In February, two 20¢ postal cards in the Historic Preservation series were issued showing structures at the University of Wisconsin (UX301) and Virginia's Washington and Lee University (UX302).

These postal cards are issued in smaller quantities and are often on sale for a shorter period of time than the definitive postal cards.

Some collectors save postal cards in mint condition — that is, unused, unmarked and undamaged in any way.

Other collectors like to look for examples that have been sent through the mail.

Values in the Scott specialized catalog show that postally used examples of many modern U.S. postal cards, particularly international-rate issues from the 1970s and 1980s, are harder to come by than mint or unused copies.

For example, the 12¢ (international-rate) Ship's Figurehead issue of 1974, Scott UX67, has a catalog value of 35¢ for a mint postal card and $30 for a postally used copy.

The catalog notes that "Used cards for international rates are for proper usage. Those used domestically sell for less."

Although the Ship's Figurehead postal card is marked with an international rate, it was not imprinted for airmail use. Such cards are marked with the word "airmail," or more recently, with the silhouette of an airplane near the denomination.

The Scott catalog lists airmail postal cards separately following regular issues.

A 33¢ China Clipper airmail postal card from 1985 is shown in the foreground of Figure 3.

Behind it is another type of U.S. postal card, the Official mail postal card.

Only six Official mail postal cards are listed in the Scott catalog. These cards can only be used by representatives of authorized federal agencies. The example shown in Figure 3 is UZ6, a 20¢ Official mail postal card issued in 1995.

Finding properly used Official mail postal cards is another collecting challenge. While the values for mint examples of each of the five Official mail postal cards issued during the 1980s and 1990s do not exceed 60¢, copies that have seen appropriate postal use are valued at $30 to $35 each.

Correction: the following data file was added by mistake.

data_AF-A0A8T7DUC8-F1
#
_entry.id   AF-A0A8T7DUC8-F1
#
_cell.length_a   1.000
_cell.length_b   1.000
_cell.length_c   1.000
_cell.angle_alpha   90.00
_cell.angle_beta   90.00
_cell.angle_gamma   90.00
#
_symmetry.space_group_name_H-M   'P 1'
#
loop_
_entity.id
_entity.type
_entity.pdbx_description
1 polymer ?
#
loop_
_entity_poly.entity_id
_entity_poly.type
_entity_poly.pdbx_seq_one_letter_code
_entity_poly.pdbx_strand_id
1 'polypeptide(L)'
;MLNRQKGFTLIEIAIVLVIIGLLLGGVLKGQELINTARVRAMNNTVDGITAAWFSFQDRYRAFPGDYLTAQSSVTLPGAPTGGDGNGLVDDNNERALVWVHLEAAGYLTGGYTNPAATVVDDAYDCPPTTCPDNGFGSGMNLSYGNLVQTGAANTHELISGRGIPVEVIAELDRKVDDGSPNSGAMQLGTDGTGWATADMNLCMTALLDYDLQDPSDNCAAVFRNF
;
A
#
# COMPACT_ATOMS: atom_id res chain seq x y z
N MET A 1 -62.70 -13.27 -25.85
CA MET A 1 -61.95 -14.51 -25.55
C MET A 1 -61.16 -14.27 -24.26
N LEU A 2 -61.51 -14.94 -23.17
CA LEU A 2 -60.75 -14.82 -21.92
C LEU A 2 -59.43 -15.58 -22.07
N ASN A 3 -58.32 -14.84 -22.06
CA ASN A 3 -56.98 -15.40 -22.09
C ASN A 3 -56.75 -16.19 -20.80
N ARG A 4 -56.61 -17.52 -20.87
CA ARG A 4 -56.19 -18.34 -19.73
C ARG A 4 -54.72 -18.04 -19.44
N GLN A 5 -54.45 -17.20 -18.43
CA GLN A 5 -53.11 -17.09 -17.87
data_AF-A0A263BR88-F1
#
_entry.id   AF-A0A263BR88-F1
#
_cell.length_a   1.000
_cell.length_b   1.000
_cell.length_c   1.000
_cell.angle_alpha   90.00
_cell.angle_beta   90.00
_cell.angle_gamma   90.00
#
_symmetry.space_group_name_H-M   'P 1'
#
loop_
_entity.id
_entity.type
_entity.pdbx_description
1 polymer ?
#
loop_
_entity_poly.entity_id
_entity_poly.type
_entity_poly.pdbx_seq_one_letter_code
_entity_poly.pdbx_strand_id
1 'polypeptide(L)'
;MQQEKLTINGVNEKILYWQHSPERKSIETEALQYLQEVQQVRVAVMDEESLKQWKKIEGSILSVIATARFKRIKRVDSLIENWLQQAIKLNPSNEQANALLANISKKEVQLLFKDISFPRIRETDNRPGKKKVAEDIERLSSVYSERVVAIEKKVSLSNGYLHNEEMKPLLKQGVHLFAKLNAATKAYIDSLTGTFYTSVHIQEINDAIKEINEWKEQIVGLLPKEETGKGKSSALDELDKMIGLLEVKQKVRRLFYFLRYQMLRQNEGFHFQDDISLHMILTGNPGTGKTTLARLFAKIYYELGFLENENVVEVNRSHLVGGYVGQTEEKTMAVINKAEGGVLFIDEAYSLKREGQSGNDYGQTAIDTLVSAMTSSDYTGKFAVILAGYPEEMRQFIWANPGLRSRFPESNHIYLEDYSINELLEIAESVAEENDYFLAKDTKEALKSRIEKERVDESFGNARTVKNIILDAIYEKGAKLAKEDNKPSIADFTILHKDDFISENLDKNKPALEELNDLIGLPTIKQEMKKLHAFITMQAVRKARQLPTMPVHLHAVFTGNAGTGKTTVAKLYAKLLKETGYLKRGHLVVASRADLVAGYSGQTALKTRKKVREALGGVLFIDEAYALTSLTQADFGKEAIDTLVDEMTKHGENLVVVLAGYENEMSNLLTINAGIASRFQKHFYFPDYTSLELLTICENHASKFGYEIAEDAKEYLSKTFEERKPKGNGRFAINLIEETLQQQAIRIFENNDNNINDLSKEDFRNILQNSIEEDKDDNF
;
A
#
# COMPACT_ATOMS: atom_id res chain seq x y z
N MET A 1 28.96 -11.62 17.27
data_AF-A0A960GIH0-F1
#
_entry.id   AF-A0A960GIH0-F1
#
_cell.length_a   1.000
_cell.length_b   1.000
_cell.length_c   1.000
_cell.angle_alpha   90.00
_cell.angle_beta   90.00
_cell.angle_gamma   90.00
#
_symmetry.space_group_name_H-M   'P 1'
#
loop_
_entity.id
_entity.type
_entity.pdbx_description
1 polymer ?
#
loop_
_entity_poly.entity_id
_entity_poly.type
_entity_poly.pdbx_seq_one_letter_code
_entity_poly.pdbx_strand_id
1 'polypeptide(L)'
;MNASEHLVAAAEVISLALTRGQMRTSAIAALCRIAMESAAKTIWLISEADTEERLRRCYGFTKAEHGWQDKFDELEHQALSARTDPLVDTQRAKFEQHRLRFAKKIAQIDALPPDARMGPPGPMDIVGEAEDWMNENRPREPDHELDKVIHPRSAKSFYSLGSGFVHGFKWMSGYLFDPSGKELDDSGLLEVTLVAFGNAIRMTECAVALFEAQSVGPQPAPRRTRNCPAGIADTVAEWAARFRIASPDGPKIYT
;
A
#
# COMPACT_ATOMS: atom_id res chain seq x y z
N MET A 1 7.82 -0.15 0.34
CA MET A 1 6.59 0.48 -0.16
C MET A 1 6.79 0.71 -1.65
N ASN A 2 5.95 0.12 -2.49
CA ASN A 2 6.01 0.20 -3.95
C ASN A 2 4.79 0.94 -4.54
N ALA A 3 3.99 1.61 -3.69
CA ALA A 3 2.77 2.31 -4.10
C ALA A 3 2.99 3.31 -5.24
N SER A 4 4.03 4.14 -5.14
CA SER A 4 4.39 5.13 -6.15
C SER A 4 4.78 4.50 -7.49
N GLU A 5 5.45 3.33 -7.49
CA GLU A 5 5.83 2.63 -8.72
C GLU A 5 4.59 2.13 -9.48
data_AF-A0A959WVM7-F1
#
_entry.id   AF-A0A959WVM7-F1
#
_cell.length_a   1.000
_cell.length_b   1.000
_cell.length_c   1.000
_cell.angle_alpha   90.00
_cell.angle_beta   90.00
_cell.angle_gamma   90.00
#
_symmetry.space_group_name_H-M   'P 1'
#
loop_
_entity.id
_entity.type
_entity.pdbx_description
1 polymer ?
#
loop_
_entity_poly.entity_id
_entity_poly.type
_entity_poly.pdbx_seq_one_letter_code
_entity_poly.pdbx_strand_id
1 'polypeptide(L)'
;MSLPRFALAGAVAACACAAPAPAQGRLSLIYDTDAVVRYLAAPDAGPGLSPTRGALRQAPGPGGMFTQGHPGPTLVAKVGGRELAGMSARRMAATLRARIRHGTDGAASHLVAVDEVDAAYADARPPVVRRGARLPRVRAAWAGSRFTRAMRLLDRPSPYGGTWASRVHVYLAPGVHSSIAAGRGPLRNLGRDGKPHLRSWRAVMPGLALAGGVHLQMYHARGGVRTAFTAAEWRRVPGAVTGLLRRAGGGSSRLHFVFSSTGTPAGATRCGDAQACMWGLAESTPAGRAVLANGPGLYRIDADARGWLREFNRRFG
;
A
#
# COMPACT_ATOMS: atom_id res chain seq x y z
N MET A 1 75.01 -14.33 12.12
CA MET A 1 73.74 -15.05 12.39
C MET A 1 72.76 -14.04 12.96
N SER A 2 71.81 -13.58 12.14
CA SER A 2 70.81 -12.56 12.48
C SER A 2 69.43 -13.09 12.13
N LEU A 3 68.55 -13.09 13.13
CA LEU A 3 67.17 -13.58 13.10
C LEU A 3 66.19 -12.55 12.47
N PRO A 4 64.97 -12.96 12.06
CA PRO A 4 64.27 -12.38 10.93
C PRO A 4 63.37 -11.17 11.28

In 1994 the U.S. Postal Service began issuing picture postal cards in sets that correspond to similar commemorative postage stamp sets.

The first set consisted of 20 Legends of the West postal cards with 19¢ stamped values. The cards were sold only as a set for $7.95, or about 40¢ per card. The prices of the picture postal card sets have fluctuated over the years.

The Postal Service issued its 33¢ All Aboard! postage stamps Aug. 26 at the American Philatelic Society Stampshow 99 in Cleveland, Ohio.

At the same time, a set of 20 20¢ All Aboard! picture postal cards also were placed on sale.

As shown in the center of Figure 4, the back of each card shows an enlargement of the painting used to create the imprinted stamp, which appears on the front of the card (Figure 4 bottom).

At the top of Figure 4 is an image of the bound book of postal cards.

The 20 All Aboard! picture postal cards sell for $6.95, which figures out to a little less than 35¢ for each 20¢ postal card.

The All Aboard! picture postal card issue only offers five different designs in the book of 20, but some earlier picture postal card issues have included 15 or 20 different designs, such as the 1996 20¢ Summer Olympics issue (UX242-61) and the 1996 20¢ Endangered Species issue (UX264-78).

As a result, more than 370 different U.S. postal cards have been issued since the first appeared 126 years ago.

As with postage stamps, condition is always an important factor in the collecting of postal cards. The collector should take care to preserve each card in the best possible condition.

Corners and edges of postal cards are particularly susceptible to damage.

Postal cards can be stored in clear plastic sleeves, appropriately sized stock pages, cover albums or other safe products handled by stamp supply dealers and local stamp dealers.

Collectors should always save the intact postal card and not cut out the imprinted stamp to save on its own.

Imprinted stamps cut from postal cards are not listed in standard catalogs and have virtually no value among collectors.

Cutting the postal card damages an interesting piece of postal history, and information about how the card was used is lost in the process.

Postal cards are a rich source for topical collectors. Along with the prominent Historic Preservation series, standard U.S. postal cards have shown ships, athletes, horses, birds, flags and even stamp collectors (see the 14¢ Stamp Collecting postal card of 1986, UX110).

Postal cards make up an enjoyable part of the stamp hobby and are a significant element of U.S. postal history.